The scenario unfolding with Russia’s invasion of Ukraine is scary and deeply distressing. We at Cutover stand in solidarity with Ukraine and with all those who are striving for peace around the world. Alongside the immediate impact on the Ukrainian people, this heightened conflict also has wider-reaching implications for cyber security.
Immediately after the conflict broke out, suspected Russian-sourced cyber attacks were observed over a 48-hour period at an increase of over 800%. US cybersecurity agencies, the FBI, and the Department of Homeland Security have all shared high alerts covering threat levels, preparedness, and response.
The risk of cyber attacks in the wake of international conflict is unprecedented. Unheralded components of cyber attacks can cause huge disruption far beyond their intended target. Recent examples include attacks like NotPetya and WannaCry which had far-reaching impacts on global business, snowballing as vulnerabilities were exposed and exploited. NotPetya caused approximately $10 billion in damages and WannaCry cost the NHS £92 million directly as a result of access to information and systems being unavailable.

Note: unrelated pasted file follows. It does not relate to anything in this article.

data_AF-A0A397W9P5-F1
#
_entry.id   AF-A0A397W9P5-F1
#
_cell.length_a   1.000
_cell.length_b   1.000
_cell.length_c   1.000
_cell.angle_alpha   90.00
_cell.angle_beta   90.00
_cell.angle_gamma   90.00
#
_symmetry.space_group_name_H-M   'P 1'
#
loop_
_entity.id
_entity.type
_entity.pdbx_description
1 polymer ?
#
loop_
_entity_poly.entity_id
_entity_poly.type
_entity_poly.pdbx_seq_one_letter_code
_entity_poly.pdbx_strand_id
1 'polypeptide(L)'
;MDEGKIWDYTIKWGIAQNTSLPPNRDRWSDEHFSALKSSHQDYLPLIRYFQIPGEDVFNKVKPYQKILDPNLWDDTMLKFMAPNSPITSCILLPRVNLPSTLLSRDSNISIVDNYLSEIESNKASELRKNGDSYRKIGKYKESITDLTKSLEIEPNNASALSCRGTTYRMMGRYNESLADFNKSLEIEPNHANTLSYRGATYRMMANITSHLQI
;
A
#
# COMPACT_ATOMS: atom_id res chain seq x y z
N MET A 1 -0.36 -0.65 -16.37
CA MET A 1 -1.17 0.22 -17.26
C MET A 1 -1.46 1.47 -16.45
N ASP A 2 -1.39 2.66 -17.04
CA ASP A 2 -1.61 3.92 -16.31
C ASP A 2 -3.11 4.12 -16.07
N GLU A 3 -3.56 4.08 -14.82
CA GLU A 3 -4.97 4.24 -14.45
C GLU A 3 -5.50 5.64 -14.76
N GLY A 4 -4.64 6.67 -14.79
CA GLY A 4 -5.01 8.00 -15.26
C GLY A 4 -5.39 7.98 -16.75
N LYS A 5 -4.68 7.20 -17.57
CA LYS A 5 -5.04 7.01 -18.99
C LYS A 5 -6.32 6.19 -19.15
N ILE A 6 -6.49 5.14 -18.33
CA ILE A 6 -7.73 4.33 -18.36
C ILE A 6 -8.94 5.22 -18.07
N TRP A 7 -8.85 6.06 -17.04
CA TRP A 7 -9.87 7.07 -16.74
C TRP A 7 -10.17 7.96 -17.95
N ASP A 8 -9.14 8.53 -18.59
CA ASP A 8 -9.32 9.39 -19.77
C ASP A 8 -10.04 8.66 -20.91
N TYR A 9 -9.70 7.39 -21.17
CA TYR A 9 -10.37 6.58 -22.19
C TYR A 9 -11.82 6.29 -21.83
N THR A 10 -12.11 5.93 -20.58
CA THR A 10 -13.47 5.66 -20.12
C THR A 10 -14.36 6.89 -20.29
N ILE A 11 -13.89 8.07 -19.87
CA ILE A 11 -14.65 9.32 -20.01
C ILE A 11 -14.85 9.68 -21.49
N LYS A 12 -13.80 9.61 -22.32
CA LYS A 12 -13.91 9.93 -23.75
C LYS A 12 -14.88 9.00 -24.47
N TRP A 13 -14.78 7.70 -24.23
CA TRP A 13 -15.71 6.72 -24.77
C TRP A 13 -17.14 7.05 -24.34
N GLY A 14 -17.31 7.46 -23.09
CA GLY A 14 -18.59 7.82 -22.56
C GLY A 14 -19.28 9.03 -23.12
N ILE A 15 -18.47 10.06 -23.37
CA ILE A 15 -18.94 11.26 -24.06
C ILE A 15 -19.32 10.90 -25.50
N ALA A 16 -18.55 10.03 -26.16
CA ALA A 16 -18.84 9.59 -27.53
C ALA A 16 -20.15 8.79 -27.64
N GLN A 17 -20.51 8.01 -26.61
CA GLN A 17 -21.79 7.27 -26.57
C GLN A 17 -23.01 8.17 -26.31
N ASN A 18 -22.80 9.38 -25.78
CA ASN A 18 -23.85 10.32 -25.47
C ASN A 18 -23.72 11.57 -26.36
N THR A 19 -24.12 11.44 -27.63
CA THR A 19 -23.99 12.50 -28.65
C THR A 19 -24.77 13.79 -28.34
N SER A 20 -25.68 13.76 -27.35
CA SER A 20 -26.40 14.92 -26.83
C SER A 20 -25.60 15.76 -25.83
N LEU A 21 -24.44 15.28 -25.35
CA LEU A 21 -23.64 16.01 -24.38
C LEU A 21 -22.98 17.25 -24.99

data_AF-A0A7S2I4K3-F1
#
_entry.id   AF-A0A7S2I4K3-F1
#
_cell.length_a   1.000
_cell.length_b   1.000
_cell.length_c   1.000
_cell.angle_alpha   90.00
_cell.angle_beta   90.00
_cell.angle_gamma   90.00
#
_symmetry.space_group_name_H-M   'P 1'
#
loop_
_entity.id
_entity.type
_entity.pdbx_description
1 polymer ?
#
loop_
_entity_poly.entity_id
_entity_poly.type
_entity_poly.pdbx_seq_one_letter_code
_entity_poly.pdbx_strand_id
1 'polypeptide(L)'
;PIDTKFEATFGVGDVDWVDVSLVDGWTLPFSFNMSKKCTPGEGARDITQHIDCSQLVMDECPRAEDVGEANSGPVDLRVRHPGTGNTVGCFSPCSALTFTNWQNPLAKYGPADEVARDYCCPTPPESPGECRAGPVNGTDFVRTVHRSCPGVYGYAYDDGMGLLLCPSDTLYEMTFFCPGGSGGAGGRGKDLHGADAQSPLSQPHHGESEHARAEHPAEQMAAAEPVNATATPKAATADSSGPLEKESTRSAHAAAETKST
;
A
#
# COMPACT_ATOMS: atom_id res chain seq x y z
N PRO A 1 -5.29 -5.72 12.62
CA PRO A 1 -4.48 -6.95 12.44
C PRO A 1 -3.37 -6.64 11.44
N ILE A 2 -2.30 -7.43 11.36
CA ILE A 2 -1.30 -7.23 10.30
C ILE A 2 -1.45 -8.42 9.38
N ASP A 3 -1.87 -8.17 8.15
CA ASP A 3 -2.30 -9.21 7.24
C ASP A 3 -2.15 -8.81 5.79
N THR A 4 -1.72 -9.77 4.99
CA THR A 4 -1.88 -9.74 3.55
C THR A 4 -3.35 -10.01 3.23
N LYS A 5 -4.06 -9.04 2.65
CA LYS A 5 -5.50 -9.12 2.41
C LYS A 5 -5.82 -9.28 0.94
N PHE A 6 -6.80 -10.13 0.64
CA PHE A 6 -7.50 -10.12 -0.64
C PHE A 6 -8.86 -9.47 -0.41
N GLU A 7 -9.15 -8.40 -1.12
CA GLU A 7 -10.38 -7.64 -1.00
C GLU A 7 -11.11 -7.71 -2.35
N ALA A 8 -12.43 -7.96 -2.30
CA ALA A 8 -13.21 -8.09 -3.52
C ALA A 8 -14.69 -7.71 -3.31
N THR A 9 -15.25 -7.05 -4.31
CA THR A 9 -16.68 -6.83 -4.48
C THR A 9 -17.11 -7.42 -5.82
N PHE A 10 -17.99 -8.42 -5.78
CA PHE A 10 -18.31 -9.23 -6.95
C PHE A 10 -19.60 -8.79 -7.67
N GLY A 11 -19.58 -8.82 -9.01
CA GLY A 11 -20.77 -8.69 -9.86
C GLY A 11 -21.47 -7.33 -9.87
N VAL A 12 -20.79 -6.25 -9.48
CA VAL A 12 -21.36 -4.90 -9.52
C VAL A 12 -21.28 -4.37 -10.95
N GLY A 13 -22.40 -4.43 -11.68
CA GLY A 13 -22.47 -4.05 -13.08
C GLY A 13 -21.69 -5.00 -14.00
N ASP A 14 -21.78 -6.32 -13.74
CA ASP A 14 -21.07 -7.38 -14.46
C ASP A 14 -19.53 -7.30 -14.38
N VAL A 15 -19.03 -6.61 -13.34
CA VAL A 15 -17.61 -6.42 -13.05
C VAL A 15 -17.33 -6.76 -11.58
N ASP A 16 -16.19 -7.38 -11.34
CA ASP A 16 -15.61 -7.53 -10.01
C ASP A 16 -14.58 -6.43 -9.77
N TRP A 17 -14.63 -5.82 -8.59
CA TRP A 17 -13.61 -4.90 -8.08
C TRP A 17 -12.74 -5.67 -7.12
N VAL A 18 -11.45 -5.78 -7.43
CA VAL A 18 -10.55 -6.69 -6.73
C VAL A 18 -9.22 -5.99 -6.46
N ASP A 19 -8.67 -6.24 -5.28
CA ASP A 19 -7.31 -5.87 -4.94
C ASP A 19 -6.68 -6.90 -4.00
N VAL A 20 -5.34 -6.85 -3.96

One of the latest threats is the Sandworm cyber espionage campaign, which uses a previously undiscovered zero-day vulnerability in Windows operating systems to steal information, spreading via infected PowerPoint attachments and files from phishing attacks.
With increasing pressures and sanctions placed upon Russia, we could see less concern for these global impacts when designing attacks aimed at destabilizing the Ukrainian Government.
Getting the basics right
The best cyber defence involves building strong security foundations and getting the basics right. Just because a threat actor is sophisticated, it does not necessarily mean their attack is. Individuals and companies can take simple steps to protect themselves and their organizations from being susceptible to an attack, including:
- Ensuring you are running the latest operating system available on all devices and third-party systems such as Slack or Zoom
- Being vigilant against phishing attacks which attempt to lure you into engaging with content which creates an open door for malicious parties to gain access or steal information
- Ensure you have strong, unique passwords for all your accounts - you can use a secure password manager to store these so you don’t have to remember them all
- Having cyber security runbooks in place so you can plan, simulate, evolve, and execute when a threat is detected
Due to the ongoing conflict, technology and logistical supply chains are more complex and critical than ever. Preparedness to face these threats will be key to ensuring resilience and protecting businesses and customers.